Necurs, the world's largest spam botnet, is currently sending millions of spam emails that push an obscure cryptocurrency named Swisscoin.
Such spam emails are known as pump-and-dump, and the technique relies on sending large quantities of spam to drive interest up towards a particular penny stock.
Spammers usually buy stock in advance at a low price and sell it at a higher value when the spam campaign drives up the price —hence the name of pump & dump.
Necurs, a spam botnet believed to have millions of bots, has been known to engage in pump-and-dump spam campaigns for years, being one of its primary activities, besides spreading the Dridex banking trojan, and several ransomware families.
What caught our eye and the attention of several security researchers was the fact that Necurs started promoting a cryptocurrency this week, instead of the usual low-end penny stocks that it got us accustomed to.
In a private conversation with Bleeping Computer, Derek, the security researcher behind the MyOnlineSecurity blog, confirmed to us that this was, indeed, the first time Necurs has promoted a cryptocurrency via one of its infamously large spam campaigns.
The cryptocurrency in question is Swisscoin, an altcoin that's been described as a Multi-Level-Marketing (MLM) ponzi scheme in a report last year, and for which trading was recently suspended.
Trading resumed on January 15, the same day the Necurs spam started spreading. Since the Necurs spam, the cryptocurrency lost 40% of its initial trading price.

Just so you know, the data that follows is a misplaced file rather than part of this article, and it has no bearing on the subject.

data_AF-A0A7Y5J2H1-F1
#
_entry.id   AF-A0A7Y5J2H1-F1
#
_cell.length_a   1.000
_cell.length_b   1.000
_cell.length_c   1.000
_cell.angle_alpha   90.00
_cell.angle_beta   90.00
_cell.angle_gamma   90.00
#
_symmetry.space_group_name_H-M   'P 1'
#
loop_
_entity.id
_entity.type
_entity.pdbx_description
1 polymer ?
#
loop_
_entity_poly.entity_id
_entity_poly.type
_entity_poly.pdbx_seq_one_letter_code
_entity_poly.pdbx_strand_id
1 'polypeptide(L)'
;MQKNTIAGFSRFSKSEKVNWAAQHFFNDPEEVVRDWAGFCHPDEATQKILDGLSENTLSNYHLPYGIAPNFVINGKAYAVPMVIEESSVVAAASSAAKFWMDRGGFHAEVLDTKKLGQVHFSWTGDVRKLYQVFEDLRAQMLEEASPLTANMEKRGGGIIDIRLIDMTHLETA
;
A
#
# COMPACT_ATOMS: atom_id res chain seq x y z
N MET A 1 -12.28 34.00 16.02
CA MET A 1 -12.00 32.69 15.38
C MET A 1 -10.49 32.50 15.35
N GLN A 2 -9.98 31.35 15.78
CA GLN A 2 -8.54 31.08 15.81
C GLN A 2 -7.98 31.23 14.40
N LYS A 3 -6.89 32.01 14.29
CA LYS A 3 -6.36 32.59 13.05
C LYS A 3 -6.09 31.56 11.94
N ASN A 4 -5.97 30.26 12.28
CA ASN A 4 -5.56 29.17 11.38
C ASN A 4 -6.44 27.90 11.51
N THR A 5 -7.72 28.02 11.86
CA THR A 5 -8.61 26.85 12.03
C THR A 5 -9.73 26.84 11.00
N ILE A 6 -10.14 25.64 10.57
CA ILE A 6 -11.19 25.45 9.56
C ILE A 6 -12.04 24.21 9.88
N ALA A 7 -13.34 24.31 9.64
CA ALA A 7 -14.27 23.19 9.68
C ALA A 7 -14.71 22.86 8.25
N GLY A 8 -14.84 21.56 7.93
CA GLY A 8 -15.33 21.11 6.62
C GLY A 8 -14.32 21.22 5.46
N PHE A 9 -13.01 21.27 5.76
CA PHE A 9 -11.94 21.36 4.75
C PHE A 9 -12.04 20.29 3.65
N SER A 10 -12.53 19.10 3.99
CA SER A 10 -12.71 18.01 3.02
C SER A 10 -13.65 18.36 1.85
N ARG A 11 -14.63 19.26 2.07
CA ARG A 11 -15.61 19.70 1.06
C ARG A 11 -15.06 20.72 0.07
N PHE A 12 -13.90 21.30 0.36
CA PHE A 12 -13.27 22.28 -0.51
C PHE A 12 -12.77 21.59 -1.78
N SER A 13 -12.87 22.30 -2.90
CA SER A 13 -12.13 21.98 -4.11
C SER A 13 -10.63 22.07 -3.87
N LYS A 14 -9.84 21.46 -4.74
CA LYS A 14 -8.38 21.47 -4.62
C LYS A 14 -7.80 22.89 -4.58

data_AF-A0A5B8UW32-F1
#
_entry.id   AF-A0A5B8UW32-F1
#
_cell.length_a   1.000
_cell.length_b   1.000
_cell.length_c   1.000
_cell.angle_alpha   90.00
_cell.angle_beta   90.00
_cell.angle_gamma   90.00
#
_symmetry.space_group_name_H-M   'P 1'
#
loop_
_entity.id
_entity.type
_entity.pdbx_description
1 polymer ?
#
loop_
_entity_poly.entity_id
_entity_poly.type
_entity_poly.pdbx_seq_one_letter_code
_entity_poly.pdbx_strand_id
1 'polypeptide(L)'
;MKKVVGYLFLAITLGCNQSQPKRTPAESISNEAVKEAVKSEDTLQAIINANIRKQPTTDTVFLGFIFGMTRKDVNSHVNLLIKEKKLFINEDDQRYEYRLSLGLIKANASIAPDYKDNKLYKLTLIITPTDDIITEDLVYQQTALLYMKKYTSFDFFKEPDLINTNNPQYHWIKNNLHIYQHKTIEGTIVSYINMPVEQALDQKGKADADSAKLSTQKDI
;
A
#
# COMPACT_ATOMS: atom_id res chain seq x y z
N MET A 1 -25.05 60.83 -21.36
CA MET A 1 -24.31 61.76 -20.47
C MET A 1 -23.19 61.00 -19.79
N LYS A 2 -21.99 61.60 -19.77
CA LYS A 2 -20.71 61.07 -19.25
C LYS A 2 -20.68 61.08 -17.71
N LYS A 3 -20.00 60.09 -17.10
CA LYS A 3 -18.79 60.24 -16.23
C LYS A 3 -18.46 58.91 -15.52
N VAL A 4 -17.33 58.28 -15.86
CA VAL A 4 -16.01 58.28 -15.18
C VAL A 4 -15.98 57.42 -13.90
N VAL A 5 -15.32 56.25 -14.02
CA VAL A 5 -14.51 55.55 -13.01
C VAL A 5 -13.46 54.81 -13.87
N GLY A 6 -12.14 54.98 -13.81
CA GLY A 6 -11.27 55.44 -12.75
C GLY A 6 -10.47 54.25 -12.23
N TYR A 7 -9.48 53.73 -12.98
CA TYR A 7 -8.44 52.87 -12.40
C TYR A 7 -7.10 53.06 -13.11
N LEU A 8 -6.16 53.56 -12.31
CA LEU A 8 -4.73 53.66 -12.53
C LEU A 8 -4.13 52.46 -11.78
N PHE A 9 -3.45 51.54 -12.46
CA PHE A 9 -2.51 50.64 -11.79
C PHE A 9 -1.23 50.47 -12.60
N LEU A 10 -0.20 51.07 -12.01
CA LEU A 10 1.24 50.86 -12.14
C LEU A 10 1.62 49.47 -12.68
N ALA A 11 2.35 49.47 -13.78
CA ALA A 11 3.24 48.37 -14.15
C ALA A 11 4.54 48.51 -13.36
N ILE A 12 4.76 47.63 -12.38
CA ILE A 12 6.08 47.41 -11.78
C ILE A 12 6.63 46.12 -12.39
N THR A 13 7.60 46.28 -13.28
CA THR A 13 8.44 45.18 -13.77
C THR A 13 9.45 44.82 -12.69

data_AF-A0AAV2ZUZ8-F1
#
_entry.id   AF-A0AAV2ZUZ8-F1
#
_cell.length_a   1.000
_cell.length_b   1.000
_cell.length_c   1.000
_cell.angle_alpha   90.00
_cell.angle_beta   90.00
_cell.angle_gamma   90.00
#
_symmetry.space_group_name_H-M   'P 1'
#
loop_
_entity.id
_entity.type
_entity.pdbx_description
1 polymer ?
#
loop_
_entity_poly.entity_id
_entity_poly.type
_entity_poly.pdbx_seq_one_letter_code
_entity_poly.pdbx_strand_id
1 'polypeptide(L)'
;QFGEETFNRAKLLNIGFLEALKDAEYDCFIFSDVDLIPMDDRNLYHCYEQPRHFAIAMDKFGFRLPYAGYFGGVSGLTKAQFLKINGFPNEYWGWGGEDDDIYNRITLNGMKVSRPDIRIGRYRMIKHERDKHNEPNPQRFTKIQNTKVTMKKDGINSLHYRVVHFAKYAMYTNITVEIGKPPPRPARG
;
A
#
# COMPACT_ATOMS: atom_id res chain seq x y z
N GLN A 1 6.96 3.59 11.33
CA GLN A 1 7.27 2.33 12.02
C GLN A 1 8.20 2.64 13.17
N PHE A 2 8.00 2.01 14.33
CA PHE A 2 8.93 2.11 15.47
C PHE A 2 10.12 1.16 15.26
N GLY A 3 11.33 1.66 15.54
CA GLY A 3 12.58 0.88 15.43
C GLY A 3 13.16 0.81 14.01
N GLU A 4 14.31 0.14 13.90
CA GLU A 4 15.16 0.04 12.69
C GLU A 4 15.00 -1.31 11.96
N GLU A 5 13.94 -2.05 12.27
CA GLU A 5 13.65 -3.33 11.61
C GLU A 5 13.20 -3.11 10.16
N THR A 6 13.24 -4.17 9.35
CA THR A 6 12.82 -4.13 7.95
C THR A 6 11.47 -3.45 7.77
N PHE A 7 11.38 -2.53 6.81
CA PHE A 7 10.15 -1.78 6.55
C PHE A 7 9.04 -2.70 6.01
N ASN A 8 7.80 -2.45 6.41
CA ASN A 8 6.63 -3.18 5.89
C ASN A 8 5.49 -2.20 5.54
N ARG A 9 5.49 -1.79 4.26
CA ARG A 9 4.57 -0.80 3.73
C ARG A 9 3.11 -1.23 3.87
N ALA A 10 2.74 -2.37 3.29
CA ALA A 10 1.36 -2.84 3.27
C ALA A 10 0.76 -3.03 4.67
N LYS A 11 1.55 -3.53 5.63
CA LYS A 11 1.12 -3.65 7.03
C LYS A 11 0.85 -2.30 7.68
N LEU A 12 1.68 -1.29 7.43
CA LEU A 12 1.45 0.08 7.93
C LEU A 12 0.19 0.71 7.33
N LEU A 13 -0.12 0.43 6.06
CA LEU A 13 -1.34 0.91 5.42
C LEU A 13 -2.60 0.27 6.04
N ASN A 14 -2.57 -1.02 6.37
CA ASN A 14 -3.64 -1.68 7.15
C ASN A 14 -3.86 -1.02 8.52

It's unclear what is Necurs' impact on the Swisscoin trading price, mainly because there was no previous trading to compare the impact against.
Further, the price dip could be very well the result of people dumping Swisscoin when trading finally resumed after more than 50 days, and not necessarily the result of the "dump" phase following a Necurs pump-and-dump. In addition, Bitcoin's declining price could have also affected Swisscoin's own price.
It was also seen sending dating spam and emails carrying files that spread the GlobeImposter ransomware.
The messages pushing the Swisscoin pump-and-dump were part of a huge spike in activity from the Necurs botnet, which came back to life this week after its annual holiday vacation. Each year, the Necurs botnet takes a break between early December and mid-January, as Necurs operators celebrate the end-of-year holidays.
We can only speculate on what drove Necurs operators to pump-and-dump cryptocurrencies, but we believe that John McAfee might have something to do with their decision.
For the past few weeks, the founder of the McAfee cyber-security firm has been promoting various cryptocurrencies in what he calls "Coin of the Day" tweets.
The cryptocurrencies McAfee promotes on his Twitter account almost always see a huge price spike that many users have exploited to dump coins at higher prices.